Cody Bellinger has been the Cubs’ ‘rock’ as both player and team have bounced back


PITTSBURGH – After the season Cody Bellinger has put together, it’s almost laughable to look back at the winter meetings and the conversations about his struggles at the plate the past couple years. 

How much of a bounce back was reasonable to expect?

Bellinger took Zoom calls with interested clubs, and his agent Scott Boras – in between his wheeling and dealing – gave his evaluation of Bellinger’s decline in his annual press conference.

“The key thing for him, is he’s had the first time to get his strength back,” Boras said in front of a backdrop erected just off the lobby of the Manchester Grand Hyatt in San Diego. “[In 2021,], he really played just a few months after a major surgery, and really wasn’t anywhere near the strength capacity he should be. Then after, the lockout. So this offseason has been really great for him. And he’s feeling much different than he did at the end of last season.”

That all sounded good, but of course the man trying to find his client the best pillow contract for the 2023 season would have a pitch for why Bellinger was primed for one. How much of it was spin?

The next day, Bellinger and the Cubs agreed to a one-year, $17.5 million contract, a deal that in retrospect looks like a steal. 

He’s been the team’s best offensive player, hitting .316 with 20 home runs, while playing elite defense in two positions, center field and first base. The Cubs have clawed their way into a Wild Card spot, entering Friday with the third-best record in MLB since June 9 and the most runs scored since the All-Star break. 

The Cubs have gone on hot and cold streaks before, but second baseman Nico Hoerner believes the team’s recent consistency will last. And Bellinger was the first reason he cited when asked why he was confident the Cubs wouldn’t repeat their poor May performance.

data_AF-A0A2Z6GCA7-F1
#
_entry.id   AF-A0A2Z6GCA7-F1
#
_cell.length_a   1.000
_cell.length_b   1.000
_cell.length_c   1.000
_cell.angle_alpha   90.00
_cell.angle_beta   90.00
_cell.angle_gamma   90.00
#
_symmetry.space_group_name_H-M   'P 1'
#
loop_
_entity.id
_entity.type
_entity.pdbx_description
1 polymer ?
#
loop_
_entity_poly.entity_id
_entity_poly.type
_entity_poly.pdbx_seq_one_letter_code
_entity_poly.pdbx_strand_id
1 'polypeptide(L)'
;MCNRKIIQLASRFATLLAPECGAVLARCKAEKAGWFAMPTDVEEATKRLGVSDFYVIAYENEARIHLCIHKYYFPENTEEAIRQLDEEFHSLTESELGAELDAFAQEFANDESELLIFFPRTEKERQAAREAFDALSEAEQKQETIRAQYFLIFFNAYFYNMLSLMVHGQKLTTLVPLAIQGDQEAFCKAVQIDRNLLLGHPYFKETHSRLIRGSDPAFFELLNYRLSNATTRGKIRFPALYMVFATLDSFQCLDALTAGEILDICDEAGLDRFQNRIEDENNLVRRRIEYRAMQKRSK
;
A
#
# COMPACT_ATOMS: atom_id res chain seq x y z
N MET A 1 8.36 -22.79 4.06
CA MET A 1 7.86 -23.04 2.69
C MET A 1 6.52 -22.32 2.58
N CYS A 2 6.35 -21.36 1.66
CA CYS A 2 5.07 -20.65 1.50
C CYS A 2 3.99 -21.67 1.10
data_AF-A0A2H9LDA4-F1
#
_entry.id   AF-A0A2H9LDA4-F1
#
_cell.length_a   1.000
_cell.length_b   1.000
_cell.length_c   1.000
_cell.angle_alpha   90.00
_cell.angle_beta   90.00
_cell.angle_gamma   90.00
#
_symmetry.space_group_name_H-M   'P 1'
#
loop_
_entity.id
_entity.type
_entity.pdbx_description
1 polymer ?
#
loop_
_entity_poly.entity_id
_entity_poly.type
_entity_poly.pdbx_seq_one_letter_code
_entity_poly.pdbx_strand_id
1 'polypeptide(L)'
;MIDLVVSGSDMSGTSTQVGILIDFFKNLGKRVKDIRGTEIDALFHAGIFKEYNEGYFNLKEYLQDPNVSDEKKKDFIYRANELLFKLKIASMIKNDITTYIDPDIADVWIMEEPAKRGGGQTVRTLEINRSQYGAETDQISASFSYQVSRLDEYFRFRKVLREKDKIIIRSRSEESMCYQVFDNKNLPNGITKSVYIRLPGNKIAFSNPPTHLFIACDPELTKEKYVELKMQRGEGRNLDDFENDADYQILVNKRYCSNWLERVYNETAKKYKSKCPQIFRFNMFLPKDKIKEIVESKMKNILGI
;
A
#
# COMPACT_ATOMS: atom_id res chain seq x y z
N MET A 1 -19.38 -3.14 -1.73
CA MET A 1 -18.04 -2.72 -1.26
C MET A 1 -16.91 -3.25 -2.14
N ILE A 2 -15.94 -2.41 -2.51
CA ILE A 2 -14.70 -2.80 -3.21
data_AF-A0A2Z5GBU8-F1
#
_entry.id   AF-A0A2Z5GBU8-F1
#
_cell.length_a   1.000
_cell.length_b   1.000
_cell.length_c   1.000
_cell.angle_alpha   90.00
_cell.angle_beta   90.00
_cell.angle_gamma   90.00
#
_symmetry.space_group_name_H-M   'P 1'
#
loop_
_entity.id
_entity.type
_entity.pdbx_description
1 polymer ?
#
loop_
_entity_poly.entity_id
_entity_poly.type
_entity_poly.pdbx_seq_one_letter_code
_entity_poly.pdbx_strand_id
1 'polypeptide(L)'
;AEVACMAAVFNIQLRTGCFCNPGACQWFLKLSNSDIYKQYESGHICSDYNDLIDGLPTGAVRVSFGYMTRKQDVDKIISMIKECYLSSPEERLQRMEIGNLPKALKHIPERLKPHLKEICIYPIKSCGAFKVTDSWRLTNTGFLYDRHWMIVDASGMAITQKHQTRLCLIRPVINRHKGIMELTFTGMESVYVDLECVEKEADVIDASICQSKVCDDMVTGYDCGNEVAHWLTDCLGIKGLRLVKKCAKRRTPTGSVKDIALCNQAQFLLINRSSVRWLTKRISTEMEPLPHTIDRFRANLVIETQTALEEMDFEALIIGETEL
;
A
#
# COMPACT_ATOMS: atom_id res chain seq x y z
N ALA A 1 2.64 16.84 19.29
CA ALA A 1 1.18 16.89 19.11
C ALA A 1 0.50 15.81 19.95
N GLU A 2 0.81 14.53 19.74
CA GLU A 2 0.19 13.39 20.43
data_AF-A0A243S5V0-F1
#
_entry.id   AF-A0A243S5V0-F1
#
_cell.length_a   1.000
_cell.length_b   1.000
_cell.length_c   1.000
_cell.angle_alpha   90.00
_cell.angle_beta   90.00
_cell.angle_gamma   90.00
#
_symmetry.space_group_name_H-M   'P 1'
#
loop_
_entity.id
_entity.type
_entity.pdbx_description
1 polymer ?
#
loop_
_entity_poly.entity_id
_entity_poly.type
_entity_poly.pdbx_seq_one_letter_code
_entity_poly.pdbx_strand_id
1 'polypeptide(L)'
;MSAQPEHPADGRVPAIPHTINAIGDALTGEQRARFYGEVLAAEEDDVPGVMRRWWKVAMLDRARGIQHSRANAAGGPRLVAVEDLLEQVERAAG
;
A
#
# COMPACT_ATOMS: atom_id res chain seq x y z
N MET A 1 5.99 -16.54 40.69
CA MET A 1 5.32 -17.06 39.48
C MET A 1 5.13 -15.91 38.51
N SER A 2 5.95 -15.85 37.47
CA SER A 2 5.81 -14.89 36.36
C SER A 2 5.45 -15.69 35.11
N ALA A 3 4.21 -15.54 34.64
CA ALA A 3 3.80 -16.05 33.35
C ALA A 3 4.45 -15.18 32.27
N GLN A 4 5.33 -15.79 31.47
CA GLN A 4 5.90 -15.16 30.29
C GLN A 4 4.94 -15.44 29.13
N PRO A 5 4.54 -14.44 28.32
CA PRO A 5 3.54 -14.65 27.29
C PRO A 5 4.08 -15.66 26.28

“Belli getting hurt [in May] was pretty significant for our group, obviously,” Hoerner said in a conversation with the Sun-Times. “Whether he’s playing at an MVP caliber like he has, or just being a consistent part of our lineup, that solidifies a lot, and it’s easier for all of us to play well when we have that kind of rock in the middle of our team.” 

Even when Bellinger’s power wasn’t there immediately after returning from a bone bruise in his left knee, he was getting on base at a high clip. And the power wasn’t absent for long. 

The quick bounce back stood in contrast to the last couple seasons, when more serious injuries led to mechanical changes, which contributed to a sharp decline for the former MVP. 

Bellinger had shoulder surgery in November 2020. Then he sustained a hairline fracture in his left fibula the following April. 

Bellinger’s swing is back to its most natural form, with a subtle load. But it takes a good amount of strength to generate power with a minimalistic move – strength he didn’t have when he was coming back from injury in 2021. 

“So I had to add,” Bellinger said in a recent conversation with the Sun-Times. “And then adding is really hard in this game, because the balls are moving so much.”

It seems Boras’ evaluation wasn’t just spin. 

Before the trade deadline, the talk surrounding Bellinger was about which teams could acquire him from the Cubs to boost their playoff odds. Since the deadline, Bellinger has fielded questions in each major market about his thoughts on free agency. 

“Well, he’s not going to be good unless he stays in a Cubs uniform,” manager David Ross quipped in New York earlier this month. 

Bellinger is expected to test his market, rather than accept an extension. But the Cubs will be in the mix, fueled by mutual interest. Maybe this magical run won’t have to end for either party.


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